Flooding tailwater levels for NSW coastal entrances

E Watterson, E., You, B., Baldock, T., Callaghan, D. and Nielsen, P. (2013). Flooding tailwater levels for NSW coastal entrances. In: 22nd NSW Coastal Conference, Port Macquarie, NSW, Australia, (1-12). 12-15 November, 2013.

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Name Description MIMEType Size Downloads
Author E Watterson, E.
You, B.
Baldock, T.
Callaghan, D.
Nielsen, P.
Title of paper Flooding tailwater levels for NSW coastal entrances
Conference name 22nd NSW Coastal Conference
Conference location Port Macquarie, NSW, Australia
Conference dates 12-15 November, 2013
Place of Publication Coffs Harbour, NSW, Australia
Publisher East Coast Conferences
Publication Year 2013
Sub-type Fully published paper
Start page 1
End page 12
Total pages 12
Language eng
Formatted Abstract/Summary
Ocean water levels often differ from expected tidal predictions. Such differences, referred to as tidal residual, are caused by a range of meteorological and oceanographic conditions. Tide and tidal residuals can influence the level of flood risk in tidal waterways.

This study examined 88 water level records from a network of coastal NSW gauges. Some sites have collected data since the 1980’s and the average record length of all sites is just under 20 years. A full range of NSW coastal environments was considered from the open ocean to small creeks. A range of techniques were used to examine contributions of key metocean drivers to water level variation, including; tide, storm surge, wave setup and coastal trapped waves. Additional data sets, such as; 20 coastal weather stations; 20 streamflow gauges and 7 offshore waver rider buoys were examine in regard to driving influences on coastal water levels.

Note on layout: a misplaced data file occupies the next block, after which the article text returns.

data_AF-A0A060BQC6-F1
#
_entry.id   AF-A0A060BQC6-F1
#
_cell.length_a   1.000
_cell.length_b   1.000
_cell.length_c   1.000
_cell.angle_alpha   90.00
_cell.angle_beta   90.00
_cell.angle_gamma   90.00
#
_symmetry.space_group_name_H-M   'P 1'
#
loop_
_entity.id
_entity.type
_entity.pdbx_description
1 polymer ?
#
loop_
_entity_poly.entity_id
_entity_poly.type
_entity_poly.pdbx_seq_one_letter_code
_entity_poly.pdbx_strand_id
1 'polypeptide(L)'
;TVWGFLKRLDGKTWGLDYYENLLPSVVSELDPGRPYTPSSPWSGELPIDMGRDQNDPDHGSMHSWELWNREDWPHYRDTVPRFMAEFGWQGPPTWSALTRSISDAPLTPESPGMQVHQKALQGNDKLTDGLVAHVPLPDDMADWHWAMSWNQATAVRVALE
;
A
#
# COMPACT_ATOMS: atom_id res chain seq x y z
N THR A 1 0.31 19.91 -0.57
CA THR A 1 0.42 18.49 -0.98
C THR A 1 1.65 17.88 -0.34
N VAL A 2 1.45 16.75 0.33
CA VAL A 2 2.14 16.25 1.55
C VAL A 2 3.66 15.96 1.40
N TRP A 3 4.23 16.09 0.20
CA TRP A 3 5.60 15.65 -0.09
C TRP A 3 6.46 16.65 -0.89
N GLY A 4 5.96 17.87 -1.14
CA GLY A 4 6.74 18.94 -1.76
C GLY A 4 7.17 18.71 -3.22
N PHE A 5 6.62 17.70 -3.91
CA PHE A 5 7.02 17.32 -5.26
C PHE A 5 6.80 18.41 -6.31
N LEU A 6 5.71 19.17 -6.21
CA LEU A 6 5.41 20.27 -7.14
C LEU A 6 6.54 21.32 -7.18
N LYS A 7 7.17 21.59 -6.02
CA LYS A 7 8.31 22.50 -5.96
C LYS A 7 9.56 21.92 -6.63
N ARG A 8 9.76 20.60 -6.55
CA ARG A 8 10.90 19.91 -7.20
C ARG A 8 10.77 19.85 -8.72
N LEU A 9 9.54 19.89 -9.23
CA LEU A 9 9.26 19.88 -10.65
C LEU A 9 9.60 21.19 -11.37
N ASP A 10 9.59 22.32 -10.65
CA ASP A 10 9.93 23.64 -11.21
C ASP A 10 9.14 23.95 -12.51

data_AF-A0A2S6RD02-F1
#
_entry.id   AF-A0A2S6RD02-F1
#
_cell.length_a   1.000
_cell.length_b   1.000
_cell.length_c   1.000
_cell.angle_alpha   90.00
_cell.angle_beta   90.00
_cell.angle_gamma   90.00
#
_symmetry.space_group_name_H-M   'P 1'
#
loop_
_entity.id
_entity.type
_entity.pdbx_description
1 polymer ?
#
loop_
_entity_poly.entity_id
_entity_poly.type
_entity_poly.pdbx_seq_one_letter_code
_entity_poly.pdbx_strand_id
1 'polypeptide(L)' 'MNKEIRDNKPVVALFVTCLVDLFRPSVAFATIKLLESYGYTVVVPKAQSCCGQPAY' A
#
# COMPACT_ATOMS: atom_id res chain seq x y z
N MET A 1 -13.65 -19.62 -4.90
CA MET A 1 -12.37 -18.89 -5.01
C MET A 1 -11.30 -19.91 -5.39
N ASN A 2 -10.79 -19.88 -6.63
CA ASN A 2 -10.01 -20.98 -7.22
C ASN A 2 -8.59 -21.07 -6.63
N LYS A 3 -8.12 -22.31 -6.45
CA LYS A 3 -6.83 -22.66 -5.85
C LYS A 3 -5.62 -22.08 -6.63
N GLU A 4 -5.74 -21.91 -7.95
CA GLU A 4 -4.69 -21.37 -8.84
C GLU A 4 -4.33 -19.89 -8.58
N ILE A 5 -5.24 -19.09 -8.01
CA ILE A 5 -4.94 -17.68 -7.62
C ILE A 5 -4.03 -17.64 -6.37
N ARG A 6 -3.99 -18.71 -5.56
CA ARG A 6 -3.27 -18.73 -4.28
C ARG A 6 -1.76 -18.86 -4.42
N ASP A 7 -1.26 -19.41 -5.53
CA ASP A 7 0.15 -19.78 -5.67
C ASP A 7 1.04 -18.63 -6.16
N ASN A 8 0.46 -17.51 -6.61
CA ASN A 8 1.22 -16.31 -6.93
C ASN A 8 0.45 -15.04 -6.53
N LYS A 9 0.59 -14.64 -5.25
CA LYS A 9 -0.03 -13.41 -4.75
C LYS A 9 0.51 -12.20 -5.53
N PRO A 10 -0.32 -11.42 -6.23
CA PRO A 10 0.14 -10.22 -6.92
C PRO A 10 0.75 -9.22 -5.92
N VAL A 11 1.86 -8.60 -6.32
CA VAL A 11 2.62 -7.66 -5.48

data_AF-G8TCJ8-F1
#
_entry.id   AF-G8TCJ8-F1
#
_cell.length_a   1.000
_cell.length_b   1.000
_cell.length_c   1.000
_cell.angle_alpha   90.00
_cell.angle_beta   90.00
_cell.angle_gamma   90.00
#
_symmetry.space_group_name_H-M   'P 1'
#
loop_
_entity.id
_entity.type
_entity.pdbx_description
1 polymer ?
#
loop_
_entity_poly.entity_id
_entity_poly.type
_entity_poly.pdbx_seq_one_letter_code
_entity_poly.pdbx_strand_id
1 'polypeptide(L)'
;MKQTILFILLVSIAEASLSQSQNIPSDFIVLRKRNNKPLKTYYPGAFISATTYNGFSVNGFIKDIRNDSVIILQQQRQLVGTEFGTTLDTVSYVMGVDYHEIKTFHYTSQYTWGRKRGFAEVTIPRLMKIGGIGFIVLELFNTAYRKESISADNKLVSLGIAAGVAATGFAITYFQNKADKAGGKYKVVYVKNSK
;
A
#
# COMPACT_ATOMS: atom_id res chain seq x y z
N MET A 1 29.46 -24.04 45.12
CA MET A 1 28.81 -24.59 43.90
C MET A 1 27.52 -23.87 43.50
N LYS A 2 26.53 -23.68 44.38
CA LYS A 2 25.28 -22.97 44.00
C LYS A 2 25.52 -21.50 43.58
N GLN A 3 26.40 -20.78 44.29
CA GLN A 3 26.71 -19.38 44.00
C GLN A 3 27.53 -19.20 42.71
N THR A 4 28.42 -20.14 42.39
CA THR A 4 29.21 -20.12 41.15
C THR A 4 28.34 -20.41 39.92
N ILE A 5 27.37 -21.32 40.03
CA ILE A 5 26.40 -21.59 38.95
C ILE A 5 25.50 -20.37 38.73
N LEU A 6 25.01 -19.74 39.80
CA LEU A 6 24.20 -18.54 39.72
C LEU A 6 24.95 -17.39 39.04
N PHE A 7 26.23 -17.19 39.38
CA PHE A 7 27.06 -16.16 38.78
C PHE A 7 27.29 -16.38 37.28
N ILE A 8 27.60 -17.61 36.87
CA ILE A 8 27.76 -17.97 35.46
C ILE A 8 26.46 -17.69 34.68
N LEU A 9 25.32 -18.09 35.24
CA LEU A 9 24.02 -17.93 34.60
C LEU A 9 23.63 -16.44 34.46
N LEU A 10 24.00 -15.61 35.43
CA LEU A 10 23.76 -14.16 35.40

Tidal and residual water levels are independent for open ocean locations but not for locations within tidal waterways. Gauges located just inside river entrances deviate significantly and systematically from true ocean levels. While in the past this difference was attributed to wave setup, the findings of this investigation support the current understanding that only very shallow entrances (< 2 m) are susceptible to significant wave setup.

This study presents methods to calculate dynamic tailwater levels based on true open ocean locations for use as tailwater conditions of coastal flood models and design curves that can be used to estimate extreme residual return interval values. These combined can be used to determine dynamic tailwater levels for NSW tidal waterways.

Investigations of metocean drivers presented in this study provide an explanation for much of the variability in non-tidal water level variations. However, some variation and the physical processes responsible remains unclear and poorly understood.
Q-Index Code EX
Q-Index Status Provisional Code
Institutional Status UQ

Document type: Conference Paper
Collection: School of Civil Engineering Publications
 
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Created: Tue, 21 Jan 2014, 14:10:32 EST by Julie Hunter on behalf of School of Civil Engineering